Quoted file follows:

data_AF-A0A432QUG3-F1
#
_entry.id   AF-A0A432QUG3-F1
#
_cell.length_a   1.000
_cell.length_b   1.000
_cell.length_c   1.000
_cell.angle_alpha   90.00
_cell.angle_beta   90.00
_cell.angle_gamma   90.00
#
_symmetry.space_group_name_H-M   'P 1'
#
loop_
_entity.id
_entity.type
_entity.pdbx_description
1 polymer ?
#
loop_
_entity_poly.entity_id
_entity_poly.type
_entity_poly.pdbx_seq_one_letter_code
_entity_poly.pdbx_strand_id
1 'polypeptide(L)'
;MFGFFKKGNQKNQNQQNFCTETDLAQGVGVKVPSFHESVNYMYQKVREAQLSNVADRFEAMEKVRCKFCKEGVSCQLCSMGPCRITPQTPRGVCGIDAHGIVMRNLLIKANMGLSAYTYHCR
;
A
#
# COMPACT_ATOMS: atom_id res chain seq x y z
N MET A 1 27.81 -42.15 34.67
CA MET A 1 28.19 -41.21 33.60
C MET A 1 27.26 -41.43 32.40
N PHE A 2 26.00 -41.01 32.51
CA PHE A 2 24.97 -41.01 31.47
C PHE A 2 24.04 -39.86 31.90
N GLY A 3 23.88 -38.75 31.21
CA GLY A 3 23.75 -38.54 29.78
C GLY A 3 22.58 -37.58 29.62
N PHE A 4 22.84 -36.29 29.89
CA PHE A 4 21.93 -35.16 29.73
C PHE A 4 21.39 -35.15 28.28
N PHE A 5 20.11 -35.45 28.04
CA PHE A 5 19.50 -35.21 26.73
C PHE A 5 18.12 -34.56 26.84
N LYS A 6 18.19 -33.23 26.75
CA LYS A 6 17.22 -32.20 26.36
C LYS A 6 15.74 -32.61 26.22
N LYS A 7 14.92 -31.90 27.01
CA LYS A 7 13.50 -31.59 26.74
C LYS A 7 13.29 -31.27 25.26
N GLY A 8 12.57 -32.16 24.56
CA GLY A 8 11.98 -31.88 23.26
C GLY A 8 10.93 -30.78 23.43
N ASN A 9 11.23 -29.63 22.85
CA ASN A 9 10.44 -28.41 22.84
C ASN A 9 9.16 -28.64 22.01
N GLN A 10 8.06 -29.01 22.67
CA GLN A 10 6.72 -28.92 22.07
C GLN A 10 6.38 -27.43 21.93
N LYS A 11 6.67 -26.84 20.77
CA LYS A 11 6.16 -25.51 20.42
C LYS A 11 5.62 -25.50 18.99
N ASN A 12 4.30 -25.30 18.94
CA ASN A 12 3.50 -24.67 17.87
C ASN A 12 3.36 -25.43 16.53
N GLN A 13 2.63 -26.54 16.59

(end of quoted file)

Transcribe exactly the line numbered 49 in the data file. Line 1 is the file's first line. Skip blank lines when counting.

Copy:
N LYS A 7 14.92 -31.90 27.01